Panama? Como no?

Now you may be asking yourself, “What gives?! I clicked on this to read about Heart-of-Darkness-like exploits in the steamy jungles of Central Africa…what’s this wise guy talking about Panama for??”

If that is the case for you, dear reader, I would like you to first ask yourself “Why am I using expressions from the 1920’s to express my outrage in the year 2014?”  Then as your indignation subsides, I’d kindly ask you to trust the process and hear me out as  I tell you about where my summer adventures began — a rather far place from my project in Gabon for which I am about to leave.

The main excuses to visit Panama beyond clearing the head, and freeing the soul, after my first busy year at the Nicholas School, were to refresh my Spanish (which was being rapidly buried under the French I need for Gabon), and to visit a friend of mine midway through her Peace Corps service there. However, as in most of my travels, I tried to keep my head on a swivel and ears pricked for opportunities to better understand the pressing environmental issues facing tropical nations in particular .  As it turns out Panama has plenty to talk about on this front so indulge me in relating my experiences there.

Arriving via Panama’s enviably complete bus network to my friend Kelsie’s village of Santa Rita, I was immediately taken aback by the tranquility of my pastoral surroundings.  In the foreground, cheerful pastel-colored houses peeked out from bright tropical streets. In the background, towered the mighty Volcán Barru, wreathed in forest, its top shrouded in mist. Linking the two, thin ribbons of forest wind through the pastures and cane fields that dominate the landscape.  Travelling around the region I quickly saw that scenes like this typify the province of Chiriqui, Panama’s “land of milk and honey” in the far West bordering Costa Rica.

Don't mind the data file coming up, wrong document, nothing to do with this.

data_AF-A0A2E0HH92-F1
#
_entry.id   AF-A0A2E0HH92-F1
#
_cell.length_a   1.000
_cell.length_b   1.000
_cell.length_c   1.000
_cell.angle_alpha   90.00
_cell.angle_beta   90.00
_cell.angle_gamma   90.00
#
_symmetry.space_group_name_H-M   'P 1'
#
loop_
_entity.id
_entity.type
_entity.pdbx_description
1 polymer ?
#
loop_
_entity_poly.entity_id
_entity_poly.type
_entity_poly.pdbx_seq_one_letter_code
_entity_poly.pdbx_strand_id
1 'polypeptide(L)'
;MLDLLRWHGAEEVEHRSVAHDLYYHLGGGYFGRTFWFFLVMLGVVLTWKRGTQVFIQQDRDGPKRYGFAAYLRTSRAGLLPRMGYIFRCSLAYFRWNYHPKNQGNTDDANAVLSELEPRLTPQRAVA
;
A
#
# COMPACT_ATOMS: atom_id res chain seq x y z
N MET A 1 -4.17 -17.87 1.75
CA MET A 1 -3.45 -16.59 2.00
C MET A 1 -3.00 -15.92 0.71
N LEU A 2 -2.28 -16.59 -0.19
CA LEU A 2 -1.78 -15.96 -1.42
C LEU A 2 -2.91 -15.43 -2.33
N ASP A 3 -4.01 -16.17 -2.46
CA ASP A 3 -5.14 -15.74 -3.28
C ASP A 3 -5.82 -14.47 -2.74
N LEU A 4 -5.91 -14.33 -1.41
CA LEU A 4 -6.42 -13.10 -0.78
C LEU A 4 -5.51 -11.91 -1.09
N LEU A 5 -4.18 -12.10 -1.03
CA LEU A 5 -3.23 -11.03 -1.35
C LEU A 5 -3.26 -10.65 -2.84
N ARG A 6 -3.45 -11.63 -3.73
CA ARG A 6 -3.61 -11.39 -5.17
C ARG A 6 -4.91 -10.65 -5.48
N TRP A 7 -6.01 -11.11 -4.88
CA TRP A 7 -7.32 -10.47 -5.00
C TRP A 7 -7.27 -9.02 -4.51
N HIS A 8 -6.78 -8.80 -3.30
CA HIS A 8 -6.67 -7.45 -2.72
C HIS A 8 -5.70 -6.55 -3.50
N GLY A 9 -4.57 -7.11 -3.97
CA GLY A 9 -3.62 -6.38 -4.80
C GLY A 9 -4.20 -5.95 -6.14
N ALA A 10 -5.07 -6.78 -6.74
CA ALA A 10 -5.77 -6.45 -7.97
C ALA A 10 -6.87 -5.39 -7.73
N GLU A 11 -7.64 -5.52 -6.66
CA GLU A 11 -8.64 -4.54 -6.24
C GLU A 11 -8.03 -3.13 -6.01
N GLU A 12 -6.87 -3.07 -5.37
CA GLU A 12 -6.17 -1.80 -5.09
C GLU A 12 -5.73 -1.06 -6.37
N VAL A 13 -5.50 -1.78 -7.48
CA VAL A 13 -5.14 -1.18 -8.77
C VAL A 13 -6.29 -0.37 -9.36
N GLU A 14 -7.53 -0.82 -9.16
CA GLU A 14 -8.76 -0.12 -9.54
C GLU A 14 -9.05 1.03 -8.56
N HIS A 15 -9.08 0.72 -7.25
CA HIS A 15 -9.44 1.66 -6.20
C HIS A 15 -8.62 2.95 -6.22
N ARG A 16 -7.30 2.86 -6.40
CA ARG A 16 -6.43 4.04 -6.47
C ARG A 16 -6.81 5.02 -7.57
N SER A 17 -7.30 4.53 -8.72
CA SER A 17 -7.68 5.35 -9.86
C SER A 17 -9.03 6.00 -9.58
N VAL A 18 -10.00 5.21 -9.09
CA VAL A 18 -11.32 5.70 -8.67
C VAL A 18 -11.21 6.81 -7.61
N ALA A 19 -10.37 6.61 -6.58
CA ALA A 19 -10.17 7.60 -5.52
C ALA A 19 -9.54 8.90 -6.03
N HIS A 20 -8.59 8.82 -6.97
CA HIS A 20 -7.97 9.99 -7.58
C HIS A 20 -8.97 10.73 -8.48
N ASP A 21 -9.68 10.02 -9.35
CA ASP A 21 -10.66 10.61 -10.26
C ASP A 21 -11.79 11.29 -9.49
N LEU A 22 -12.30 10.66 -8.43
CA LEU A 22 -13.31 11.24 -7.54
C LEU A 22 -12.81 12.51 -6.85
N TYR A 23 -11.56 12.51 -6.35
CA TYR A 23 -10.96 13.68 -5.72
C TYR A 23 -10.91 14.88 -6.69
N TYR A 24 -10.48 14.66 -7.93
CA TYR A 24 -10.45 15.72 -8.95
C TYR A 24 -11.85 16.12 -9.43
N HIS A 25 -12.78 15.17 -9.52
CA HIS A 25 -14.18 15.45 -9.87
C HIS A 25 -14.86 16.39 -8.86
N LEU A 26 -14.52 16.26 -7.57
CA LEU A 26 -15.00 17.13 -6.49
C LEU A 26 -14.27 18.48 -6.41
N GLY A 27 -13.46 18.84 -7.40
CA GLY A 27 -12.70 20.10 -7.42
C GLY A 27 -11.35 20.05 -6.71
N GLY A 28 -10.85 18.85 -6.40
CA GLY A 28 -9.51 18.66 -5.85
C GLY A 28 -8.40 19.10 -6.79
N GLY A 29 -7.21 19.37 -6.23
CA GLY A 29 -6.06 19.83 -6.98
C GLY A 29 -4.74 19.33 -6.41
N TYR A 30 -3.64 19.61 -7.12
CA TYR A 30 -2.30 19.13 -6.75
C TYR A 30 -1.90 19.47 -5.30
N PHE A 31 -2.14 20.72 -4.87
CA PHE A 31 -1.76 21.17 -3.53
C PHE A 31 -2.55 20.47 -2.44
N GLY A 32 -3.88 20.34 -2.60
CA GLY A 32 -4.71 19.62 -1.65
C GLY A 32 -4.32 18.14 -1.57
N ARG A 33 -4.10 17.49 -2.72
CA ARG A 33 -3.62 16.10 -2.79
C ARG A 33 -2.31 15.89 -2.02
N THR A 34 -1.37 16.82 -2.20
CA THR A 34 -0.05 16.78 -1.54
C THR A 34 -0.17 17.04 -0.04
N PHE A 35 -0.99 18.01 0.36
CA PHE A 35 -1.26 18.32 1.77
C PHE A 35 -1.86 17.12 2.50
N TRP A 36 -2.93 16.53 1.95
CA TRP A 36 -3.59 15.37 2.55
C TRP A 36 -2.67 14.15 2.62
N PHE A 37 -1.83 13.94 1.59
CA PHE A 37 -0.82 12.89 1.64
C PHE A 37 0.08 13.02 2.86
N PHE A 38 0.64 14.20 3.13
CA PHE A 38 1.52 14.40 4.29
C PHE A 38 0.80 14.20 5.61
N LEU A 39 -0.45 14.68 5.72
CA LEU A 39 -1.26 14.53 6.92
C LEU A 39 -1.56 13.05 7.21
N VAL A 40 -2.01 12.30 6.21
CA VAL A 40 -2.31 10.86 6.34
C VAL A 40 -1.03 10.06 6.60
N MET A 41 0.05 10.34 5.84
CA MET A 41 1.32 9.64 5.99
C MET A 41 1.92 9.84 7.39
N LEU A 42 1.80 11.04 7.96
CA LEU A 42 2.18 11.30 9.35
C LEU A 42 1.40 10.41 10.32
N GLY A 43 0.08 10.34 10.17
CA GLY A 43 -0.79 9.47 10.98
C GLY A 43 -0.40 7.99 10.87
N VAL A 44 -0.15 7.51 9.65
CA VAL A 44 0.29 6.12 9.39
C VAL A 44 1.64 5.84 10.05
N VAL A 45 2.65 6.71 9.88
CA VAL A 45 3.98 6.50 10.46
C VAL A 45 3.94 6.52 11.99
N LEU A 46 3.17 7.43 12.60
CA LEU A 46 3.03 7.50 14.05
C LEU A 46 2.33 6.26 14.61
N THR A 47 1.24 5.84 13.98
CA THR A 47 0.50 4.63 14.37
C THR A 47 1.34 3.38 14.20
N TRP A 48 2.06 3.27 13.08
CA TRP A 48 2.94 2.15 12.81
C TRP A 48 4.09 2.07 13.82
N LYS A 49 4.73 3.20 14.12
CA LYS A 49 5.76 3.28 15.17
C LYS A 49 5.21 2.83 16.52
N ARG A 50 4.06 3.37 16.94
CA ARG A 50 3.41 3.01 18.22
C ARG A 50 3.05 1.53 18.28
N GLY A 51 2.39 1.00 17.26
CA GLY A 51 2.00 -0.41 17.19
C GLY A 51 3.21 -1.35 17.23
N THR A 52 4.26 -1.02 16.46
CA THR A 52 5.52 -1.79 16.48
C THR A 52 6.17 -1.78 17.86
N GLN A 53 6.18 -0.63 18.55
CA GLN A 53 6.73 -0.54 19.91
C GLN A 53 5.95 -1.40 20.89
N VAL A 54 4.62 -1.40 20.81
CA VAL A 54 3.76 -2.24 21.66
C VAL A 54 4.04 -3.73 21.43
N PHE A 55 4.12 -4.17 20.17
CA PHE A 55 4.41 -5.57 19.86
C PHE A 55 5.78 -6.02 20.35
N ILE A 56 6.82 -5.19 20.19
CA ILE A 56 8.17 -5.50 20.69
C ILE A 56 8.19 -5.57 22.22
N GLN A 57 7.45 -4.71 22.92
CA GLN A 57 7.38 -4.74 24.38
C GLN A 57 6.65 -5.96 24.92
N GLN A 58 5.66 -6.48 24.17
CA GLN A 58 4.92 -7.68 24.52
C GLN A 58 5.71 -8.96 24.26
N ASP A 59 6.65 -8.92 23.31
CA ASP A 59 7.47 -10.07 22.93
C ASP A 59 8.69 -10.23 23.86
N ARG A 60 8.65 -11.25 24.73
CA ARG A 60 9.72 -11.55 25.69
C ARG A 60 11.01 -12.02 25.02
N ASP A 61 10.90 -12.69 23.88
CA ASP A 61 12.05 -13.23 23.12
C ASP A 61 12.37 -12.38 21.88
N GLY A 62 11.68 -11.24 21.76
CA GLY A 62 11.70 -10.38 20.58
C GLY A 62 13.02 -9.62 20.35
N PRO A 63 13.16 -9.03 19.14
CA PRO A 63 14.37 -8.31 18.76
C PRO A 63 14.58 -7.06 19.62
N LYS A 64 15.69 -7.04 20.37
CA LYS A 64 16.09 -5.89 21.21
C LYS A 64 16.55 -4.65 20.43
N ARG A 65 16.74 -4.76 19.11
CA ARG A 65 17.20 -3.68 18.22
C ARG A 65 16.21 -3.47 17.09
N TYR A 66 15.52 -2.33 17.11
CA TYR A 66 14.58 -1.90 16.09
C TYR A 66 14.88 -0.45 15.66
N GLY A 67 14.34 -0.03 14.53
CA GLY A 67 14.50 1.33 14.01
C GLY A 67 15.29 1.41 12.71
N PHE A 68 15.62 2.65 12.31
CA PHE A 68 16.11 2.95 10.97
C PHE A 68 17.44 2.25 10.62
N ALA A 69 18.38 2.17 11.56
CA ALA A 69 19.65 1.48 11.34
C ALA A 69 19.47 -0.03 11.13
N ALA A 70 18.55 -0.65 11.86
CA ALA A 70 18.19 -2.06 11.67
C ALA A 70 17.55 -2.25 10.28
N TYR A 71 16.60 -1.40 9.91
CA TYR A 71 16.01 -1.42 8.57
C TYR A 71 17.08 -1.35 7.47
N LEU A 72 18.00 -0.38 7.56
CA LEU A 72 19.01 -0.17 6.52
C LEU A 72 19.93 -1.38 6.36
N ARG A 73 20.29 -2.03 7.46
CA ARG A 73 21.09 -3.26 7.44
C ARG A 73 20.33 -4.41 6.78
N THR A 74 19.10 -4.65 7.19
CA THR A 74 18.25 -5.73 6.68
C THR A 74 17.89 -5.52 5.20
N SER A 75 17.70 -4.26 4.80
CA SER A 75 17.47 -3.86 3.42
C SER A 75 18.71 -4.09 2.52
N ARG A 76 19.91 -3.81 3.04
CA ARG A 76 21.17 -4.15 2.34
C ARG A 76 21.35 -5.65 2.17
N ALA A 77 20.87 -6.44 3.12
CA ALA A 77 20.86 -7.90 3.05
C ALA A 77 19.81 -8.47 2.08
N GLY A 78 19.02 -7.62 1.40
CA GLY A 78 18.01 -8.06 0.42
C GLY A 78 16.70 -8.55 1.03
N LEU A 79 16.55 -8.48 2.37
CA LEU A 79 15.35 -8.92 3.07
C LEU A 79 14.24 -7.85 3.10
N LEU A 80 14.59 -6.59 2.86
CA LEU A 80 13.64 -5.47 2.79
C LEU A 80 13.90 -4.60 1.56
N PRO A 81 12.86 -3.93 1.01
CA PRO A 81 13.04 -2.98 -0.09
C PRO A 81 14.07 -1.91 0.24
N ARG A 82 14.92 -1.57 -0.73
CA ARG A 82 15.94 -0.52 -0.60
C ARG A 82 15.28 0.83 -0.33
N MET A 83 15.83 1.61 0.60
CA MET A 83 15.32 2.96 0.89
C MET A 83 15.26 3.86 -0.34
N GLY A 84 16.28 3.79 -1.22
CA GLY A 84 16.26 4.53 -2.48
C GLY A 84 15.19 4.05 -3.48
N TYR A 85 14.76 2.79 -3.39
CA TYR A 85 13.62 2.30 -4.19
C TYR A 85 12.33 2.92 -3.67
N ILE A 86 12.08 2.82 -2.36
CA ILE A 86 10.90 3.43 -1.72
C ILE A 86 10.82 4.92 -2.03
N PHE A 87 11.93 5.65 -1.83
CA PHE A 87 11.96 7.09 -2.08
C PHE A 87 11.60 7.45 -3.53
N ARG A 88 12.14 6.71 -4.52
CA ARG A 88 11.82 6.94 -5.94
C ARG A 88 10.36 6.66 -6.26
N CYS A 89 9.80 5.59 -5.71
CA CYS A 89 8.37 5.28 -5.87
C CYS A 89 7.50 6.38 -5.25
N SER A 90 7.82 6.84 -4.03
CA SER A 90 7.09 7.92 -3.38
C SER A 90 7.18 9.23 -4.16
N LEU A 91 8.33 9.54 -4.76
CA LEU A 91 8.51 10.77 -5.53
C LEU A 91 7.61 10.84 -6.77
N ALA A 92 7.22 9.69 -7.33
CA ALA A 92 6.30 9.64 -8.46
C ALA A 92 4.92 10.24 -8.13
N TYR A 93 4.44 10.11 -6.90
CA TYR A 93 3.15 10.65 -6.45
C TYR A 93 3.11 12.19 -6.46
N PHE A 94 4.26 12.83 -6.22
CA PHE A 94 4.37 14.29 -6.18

Volcán Barru towers above sleepy Santa Rita covered in cloud forest.
Volcán Barru towers above sleepy Santa Rita covered in cloud forest.

Seeing those ribbons of green and coveting a look at the streams obscured below, I became fixated on exploring them. The trees huddled around them as if to hide those veins of crystalline water as if to hide them from the surrounding human inhabitants.  But why, one might ask, should those waters need shielding? During my time in the villages and creeks of Santa Rita and elsewhere in Chiriqui, I began to see why they might.

The activity that occupied the majority of our days in Santa Rita would be referred to by locals as “pasear.” Now, at face value the word ‘pasear’ means ‘to walk’, but I soon came to realize in reality it had remarkably little to do with walking. We would set out to ‘pasear’ and no sooner had we walked 50 steps or so, when a cheerful voice would harken us from a nearby house and beckon us to come chat. Almost inevitably ‘hello’s’ would turn to ‘welcome in’s’, and before you knew it you were seated with a cup of sweet black coffee in hand and a plate of rice and beans on your knee and often a fascinated baby or toddler on the other. These wonderfully hospitable people would all but force upon you the contents of their pantries, with the end result that going out “walking” was about 95% sitting, eating, and drinking.  At a clipping pace of about 100 m/hr tops, if one’s objective were actually ‘to walk’ one might get a bit frustrated. But that wasn’t my goal.  In the spirit of Peace Corps, my aim was to get to know these lovely people and, if possible around the French words trying to escape my mouth, share something of my own background. To that end, ‘paseando’ allowed better insights into their lives and habits than I would have guessed possible for such a short visit.

"Pasear" may literally mean 'to walk' but as depicted here involves very little walking
“Pasear” may literally mean ‘to walk’ but as depicted here involves very little walking

Having styrofoam cup after styrofoam cup, paper plate after paper plate, and plastic fork after plastic fork handed to me full and passing them back freed of their warm contents, I began to wonder what became of those items.  Likewise, it seemed in each house I sat there would pass through a coy or confident child or teen with a coke can or a bag of crisps in hand, and I scratched my head in wonder at where those snack packages ended up given the conspicuous lack of any litter bins.

It wasn’t from sitting on porches but strolling through gardens that began answering my questions. Tucked in little corners of most every garden one could find a few ashen piles, adorned with the charred remnants of trash. Twisted fragments of cutlery, still bright corners of blackened chip bags, and bits of styrofoam like dirty snow lay in small heaps. I asked Kelsie, and she explained to me that there was no centralized waste management system for the villages in the campo.  Most families ended up burning what they could and burying the rest.